OpenDoc revolutionizes the way developers deliver software, and does so without any dramatic upheavals to the user. OpenDoc part editors and container applications can coexist with applications and documents of today, providing OpenDoc's benefits without disrupting how users work with current applications. Your OpenDoc parts should behave much like current applications, so that users don't have to go through a substantial learning process. Our user tests show that users think OpenDoc simply fixes some "bugs" and lets them work the way they want. In other words, you and OpenDoc will provide business as usual -- plus.


  • OpenDoc Human Interface Guidelines, OpenDoc Programmer's Guide, OpenDoc Class Reference, OpenDoc Cookbook, and Drag and Drop Human Interface Guidelines. These documents will eventually be available in printed form but meanwhile are provided electronically with early releases of OpenDoc.

  • The OpenDoc World Wide Web pages, located at

  • develop articles by Kurt Piersol: "Building an OpenDoc Part Handler," Issue 19, and "Getting Started With OpenDoc Graphics," Issue 21. (The term part handler used in these articles has since changed to part editor.)

  • Apple Directions, "OpenDoc Your Mind" in the December 1994 issue, and periodic articles (including Q&As) by the authors, starting with the January 1995 issue.

DAVE CURBOW is the technical lead of the OpenDoc Human Interface team. Before that he worked on AppleScript and developer tools such as ResEdit. In an earlier life he was a software engineer on the Xerox Star and a now-forgotten mainframe operating system. When he escapes from the office, Dave can often be found working with his wife on their house or exploring cathedrals, castles, and other wonders in England (including the Kew Bridge Steam Museum). It's well known that Dave can be bribed with dark chocolate.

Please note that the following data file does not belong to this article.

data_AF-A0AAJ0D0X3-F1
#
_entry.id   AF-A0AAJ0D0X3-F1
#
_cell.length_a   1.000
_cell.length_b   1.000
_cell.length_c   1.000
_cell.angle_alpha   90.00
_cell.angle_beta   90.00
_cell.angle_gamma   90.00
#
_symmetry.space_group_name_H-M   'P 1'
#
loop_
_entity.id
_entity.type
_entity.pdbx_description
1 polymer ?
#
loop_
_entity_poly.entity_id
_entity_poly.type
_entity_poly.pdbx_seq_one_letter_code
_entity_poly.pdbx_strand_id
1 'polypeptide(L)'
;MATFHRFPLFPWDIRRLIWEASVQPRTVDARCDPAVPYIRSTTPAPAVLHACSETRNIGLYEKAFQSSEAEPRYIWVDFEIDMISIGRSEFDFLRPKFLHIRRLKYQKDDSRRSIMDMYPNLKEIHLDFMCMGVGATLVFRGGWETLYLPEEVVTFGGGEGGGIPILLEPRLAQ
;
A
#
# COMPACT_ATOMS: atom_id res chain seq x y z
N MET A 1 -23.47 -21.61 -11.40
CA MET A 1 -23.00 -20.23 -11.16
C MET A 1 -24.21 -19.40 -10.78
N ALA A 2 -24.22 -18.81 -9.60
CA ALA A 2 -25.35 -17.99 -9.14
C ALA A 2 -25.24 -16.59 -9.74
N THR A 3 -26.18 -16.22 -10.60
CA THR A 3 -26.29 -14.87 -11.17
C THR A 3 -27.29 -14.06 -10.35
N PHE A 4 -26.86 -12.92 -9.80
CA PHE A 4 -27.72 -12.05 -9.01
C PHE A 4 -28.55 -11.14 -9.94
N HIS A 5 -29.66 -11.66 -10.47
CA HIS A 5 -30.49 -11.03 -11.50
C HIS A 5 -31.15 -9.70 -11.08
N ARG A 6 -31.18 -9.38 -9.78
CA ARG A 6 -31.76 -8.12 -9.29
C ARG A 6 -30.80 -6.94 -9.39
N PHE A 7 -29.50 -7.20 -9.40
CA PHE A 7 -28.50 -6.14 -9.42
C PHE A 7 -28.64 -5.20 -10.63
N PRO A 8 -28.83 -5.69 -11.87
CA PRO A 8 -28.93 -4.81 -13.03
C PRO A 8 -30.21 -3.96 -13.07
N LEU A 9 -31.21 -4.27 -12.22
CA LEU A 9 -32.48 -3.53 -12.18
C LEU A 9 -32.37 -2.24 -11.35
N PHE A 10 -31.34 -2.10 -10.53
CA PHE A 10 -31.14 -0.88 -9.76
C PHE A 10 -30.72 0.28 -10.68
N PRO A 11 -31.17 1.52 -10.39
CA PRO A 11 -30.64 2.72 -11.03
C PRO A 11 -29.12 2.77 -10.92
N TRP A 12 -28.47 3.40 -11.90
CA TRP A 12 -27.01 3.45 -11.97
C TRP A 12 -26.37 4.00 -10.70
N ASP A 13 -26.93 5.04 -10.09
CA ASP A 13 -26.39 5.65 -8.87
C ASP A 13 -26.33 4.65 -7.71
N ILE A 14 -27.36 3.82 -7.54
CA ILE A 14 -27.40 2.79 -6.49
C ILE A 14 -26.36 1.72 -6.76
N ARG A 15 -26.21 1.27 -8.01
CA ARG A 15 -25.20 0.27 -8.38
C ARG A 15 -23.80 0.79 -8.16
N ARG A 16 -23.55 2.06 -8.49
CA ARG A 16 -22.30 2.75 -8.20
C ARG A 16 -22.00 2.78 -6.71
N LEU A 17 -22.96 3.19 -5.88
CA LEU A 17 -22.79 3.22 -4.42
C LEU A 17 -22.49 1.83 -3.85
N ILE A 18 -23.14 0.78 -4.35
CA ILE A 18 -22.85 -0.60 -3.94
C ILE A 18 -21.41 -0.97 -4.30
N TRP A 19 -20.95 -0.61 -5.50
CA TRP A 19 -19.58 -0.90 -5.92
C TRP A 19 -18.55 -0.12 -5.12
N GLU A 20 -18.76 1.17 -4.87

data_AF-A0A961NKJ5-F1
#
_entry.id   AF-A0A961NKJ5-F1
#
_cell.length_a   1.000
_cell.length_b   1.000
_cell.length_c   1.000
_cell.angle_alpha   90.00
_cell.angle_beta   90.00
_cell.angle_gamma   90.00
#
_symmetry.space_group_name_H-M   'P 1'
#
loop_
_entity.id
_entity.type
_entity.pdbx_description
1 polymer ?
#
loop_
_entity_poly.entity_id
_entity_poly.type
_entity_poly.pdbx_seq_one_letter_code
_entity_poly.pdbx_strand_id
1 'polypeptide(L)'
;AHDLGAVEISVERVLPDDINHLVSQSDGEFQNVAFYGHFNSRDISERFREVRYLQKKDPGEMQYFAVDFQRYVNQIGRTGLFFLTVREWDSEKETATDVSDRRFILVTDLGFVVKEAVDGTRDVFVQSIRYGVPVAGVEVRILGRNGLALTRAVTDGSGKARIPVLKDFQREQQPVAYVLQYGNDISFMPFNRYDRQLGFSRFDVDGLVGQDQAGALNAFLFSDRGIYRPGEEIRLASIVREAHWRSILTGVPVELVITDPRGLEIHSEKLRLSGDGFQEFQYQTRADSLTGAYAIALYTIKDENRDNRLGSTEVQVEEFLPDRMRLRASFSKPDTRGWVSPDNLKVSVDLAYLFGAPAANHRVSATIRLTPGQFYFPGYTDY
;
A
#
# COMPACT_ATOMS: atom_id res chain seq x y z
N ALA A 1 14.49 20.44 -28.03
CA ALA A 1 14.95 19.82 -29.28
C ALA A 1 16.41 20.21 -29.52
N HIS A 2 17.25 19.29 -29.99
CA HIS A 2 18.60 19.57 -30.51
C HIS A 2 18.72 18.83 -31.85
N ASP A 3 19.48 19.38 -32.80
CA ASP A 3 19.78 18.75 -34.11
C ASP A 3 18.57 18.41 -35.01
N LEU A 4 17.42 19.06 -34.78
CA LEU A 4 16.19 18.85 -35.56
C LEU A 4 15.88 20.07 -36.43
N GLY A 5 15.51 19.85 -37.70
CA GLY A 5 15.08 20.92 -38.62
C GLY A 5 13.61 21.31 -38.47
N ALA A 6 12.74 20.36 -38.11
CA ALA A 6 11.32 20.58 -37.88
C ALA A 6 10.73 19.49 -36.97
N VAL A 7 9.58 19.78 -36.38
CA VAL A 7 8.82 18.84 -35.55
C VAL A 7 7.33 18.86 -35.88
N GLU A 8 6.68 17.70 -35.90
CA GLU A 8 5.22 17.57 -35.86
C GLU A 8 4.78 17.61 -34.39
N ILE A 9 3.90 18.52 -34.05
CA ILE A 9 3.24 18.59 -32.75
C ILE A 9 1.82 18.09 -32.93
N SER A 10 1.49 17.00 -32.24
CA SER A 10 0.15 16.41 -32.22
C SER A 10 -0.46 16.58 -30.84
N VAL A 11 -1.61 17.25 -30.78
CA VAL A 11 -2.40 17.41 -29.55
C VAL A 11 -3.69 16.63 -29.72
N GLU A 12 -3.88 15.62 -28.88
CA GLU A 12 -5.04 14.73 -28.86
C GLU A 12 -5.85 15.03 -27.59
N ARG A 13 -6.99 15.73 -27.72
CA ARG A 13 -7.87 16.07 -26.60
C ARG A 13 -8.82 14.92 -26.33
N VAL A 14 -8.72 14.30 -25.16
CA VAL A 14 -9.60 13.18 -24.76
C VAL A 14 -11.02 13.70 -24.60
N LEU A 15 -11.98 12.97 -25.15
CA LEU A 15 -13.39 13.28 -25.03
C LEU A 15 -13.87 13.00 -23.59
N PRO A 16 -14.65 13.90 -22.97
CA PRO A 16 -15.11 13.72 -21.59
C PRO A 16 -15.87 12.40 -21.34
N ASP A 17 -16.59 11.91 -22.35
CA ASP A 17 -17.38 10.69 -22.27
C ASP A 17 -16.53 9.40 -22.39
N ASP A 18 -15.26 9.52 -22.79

ELIZABETH DYKSTRA-ERICKSON is a recent addition to the OpenDoc Human Interface team. She comes to Apple from research and product development in collaborative technology and interactive multimedia at US WEST Technologies, Pacific Bell, and the University of Amsterdam. In her copious free time, she teaches human-computer interaction at the University of San Francisco, conspires to resurrect her 1980's tech-punk band, and marvels with her husband at the havoc potential of their two-year-old daughter.

Thanks to our technical reviewers Dave Bice, Tantek Çelik, Ray Chiang, and Lori Kaplan, and to the OpenDoc Human Interface teams at Apple, Claris, IBM, and WordPerfect, especially Sue Bartalo, Kristin Bauersfeld, Dick Berry, Alex Bigney, Jennifer Chaffee, Pat Coleman, Dan Jordan, Jeff Kreeger, Per Nielsen, Kerry Ortega, David Roberts, David C. Smith, Mark Stern, Mike Thompson, and Ron Zeno. Special thanks to Dave Bice for providing source material for this article.

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**Job Summary** Imagine what you could do here. At Apple , great ideas have a way of becoming great products, services, and customer experiences very quickly. Bring Read more
Sr Software Lead Engineer, *Apple* Online S...
Sr Software Lead Engineer, Apple Online Store Publishing Systems Keywords: Company: Apple Job Code: E3PCAK8MgYYkw Location (City or ZIP): Santa Clara Status: Full Read more
Sr Software Lead Engineer, *Apple* Online S...
Sr Software Lead Engineer, Apple Online Store Publishing Systems Keywords: Company: Apple Job Code: E3PCAK8MgYYkw Location (City or ZIP): Santa Clara Status: Full Read more
*Apple* Solutions Consultant (ASC) - Apple (...
**Job Summary** The ASC is an Apple employee who serves as an Apple brand ambassador and influencer in a Reseller's store. The ASC's role is to grow Apple Read more